- The Washington Times - Thursday, April 6, 2006

Members of the House Appropriations subcommittee that oversees D.C. spending yesterday said they think it is illegal for the District to offer a $1 million grant for a public relations campaign on voting rights.

Rep. Todd Tiahrt, Kansas Republican, told D.C. Mayor Anthony A. Williams, D.C. Council Chairman Linda W. Cropp and Chief Financial Officer Natwar M. Gandhi during a morning hearing yesterday that the grant violates a federal law against lobbying.

D.C. officials have said the grant will be used for “education,” thus circumventing the law.

“I had the opportunity to caution them that lobbying is not allowed,” Mr. Tiahrt said yesterday afternoon. “I believe that what the District is trying to do, and it’s very clear that people who are advocating for this money tend to do, is spend this money on trying to develop statehood, and I believe that this is along the lines of lobbying.”

The federal D.C. Appropriations Act says the District cannot use federal or local funds to lobby for “statehood … or voting representation in Congress for the District of Columbia.”

D.C. officials announced Wednesday that they will give $500,000 to D.C. Vote, $300,000 to Our Nation’s Capital and $200,000 to the League of Women Voters of the District of Columbia to educate city residents about voting rights.

Jennifer Hing, a spokeswoman for Rep. Joe Knollenberg, Michigan Republican and chairman of the subcommittee, said his office will investigate whether the grant violates the law.

“This is an issue that the committee is watching,” Miss Hing said. “We will be keeping a close eye on it.”

Grant supporters said they are not violating the law and that the theme of the public relations campaign has nothing to do with statehood for the District. It focuses on the District’s receiving a vote in Congress, they said.

“There is no lobbying going on with this grant, so there’s not really any confusion, and no one mentions statehood,” D.C. Vote spokesman Kevin Kiger said. “It’s not going around the lobbying [rule], it’s not lobbying. There’s a great deal of activities that fall very short of lobbying. This is one of them.”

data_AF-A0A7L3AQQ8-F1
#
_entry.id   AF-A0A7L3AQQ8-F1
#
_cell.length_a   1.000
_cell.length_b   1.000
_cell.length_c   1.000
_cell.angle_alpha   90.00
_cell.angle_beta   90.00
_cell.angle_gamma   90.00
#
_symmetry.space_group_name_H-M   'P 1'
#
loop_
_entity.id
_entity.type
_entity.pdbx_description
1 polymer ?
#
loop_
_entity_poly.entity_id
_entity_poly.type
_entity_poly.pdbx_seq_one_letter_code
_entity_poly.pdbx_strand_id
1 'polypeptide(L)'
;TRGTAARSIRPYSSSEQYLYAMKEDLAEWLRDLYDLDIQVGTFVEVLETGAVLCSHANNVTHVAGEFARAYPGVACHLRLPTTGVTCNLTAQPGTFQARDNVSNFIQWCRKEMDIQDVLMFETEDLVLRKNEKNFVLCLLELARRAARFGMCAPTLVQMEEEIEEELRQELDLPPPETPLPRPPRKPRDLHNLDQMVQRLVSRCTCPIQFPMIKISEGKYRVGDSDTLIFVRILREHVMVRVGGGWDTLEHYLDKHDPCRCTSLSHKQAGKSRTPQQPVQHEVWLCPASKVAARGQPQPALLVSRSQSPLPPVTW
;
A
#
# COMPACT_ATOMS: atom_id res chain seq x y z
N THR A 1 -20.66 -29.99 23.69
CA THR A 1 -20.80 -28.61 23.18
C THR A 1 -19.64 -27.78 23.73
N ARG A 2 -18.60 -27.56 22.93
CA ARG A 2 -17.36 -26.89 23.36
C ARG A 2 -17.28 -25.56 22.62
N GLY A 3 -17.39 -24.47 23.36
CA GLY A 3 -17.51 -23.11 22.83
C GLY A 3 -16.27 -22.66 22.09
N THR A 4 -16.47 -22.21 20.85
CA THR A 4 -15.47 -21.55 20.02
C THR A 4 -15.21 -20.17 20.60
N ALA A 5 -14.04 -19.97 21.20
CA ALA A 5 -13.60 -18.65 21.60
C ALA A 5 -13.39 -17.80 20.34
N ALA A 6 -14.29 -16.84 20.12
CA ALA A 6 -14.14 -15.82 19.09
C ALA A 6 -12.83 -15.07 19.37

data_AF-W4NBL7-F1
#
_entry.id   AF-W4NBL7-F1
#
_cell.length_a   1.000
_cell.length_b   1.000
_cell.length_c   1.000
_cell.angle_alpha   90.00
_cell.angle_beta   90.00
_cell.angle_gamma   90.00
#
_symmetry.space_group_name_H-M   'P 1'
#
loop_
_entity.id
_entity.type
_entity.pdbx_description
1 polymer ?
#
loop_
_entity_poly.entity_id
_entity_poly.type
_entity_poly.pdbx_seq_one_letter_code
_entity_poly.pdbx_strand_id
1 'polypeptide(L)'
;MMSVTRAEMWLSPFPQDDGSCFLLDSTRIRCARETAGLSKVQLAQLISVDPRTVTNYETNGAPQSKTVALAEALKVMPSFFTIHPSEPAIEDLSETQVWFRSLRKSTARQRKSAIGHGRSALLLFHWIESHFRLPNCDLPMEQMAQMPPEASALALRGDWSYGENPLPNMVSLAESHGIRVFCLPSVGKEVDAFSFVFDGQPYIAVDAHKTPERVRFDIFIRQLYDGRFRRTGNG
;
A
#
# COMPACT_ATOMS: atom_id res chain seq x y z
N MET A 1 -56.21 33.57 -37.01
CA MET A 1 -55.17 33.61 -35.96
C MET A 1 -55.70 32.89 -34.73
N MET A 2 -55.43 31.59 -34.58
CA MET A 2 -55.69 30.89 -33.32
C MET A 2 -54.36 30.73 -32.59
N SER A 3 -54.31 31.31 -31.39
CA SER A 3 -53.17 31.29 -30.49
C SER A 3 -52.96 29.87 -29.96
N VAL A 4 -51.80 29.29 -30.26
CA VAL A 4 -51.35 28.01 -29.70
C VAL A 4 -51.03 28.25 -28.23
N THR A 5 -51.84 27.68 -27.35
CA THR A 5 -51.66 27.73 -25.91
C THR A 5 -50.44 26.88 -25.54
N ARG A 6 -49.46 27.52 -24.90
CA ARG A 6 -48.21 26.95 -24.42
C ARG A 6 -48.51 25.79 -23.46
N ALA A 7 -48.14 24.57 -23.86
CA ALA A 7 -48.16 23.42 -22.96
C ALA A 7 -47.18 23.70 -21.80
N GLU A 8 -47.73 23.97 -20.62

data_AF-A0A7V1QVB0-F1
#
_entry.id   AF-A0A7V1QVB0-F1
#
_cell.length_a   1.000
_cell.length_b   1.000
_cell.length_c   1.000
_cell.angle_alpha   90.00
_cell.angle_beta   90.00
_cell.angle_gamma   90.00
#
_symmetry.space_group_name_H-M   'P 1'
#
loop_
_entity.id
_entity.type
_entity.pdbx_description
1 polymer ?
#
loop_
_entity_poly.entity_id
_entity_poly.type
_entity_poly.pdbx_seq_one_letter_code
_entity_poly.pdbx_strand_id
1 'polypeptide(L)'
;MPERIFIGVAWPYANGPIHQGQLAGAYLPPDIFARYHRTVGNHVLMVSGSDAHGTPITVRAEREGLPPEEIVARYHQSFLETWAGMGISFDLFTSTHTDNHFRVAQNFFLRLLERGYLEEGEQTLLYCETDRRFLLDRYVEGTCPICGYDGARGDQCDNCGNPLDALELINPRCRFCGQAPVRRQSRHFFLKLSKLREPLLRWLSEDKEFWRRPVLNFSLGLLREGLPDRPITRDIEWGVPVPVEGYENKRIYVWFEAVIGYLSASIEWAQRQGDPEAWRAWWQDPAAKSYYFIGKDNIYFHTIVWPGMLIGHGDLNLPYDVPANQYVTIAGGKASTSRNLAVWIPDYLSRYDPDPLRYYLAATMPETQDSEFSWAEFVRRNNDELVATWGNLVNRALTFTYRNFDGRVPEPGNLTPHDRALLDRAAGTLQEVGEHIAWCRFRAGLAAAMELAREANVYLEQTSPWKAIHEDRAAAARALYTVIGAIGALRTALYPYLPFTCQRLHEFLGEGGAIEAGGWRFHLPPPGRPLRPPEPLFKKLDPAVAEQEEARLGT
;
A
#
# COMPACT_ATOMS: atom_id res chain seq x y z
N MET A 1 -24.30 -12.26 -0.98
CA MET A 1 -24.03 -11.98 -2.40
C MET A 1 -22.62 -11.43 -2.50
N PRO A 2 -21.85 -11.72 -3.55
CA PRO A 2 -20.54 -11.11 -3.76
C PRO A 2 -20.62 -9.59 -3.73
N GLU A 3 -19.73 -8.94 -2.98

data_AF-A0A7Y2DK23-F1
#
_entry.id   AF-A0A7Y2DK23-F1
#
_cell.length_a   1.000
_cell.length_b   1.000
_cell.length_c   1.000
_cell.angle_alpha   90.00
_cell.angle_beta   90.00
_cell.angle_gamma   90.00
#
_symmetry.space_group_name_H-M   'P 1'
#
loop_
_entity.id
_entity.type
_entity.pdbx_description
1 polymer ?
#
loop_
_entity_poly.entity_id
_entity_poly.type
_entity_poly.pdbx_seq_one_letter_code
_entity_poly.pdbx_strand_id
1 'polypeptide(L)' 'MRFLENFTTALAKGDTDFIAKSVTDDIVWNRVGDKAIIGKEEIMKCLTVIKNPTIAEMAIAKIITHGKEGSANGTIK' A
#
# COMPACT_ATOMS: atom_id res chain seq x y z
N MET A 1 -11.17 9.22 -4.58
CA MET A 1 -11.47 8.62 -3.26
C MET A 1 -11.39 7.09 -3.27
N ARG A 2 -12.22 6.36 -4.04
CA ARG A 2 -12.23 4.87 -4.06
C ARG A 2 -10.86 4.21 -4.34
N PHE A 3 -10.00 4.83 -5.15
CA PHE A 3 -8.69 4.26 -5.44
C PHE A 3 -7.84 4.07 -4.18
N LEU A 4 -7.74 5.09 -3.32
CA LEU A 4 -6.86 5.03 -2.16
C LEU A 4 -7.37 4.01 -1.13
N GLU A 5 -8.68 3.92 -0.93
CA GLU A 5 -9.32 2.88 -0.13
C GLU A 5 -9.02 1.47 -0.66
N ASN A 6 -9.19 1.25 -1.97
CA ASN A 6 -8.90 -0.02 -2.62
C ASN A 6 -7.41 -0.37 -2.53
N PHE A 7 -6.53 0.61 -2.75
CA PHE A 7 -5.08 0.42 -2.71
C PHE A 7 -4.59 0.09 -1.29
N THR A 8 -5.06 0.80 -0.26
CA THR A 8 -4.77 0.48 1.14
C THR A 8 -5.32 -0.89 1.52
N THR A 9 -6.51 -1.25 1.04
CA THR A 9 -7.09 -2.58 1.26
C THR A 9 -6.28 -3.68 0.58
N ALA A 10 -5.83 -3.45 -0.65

Mr. Williams, a Democrat, and Mrs. Cropp, at-large Democrat, said that regardless of the grant’s use, the federal law does not apply to this situation because no federal dollars will be used.

Officials with Mr. Gandhi’s office said the District can proceed with the grant if the mayor’s office can prove that its funds come from city taxes and fines, not federal payouts.

But Mr. Tiahrt said that because Congress has final approval of the District’s budget, all dollars spent by the city are considered federal.

“Certainly there’s a difference in the deposit slip, but past that [there is not],” he said. “You can spend money from what you receive from the federal government as well as parking tickets, but it’s hard to distinguish beyond that deposit slip.”

Mr. Tiahrt said the District could face consequences from Congress if it takes further action on the grant.

“I think they were put on notice today that something would happen if they pursue this,” he said. “My understanding is that … they seem to be taking an education stance and achieving the same goal as lobbying.”

It was not clear which action federal officials could take. The grant money will come from the fiscal 2006 budget, which Congress approved last year.

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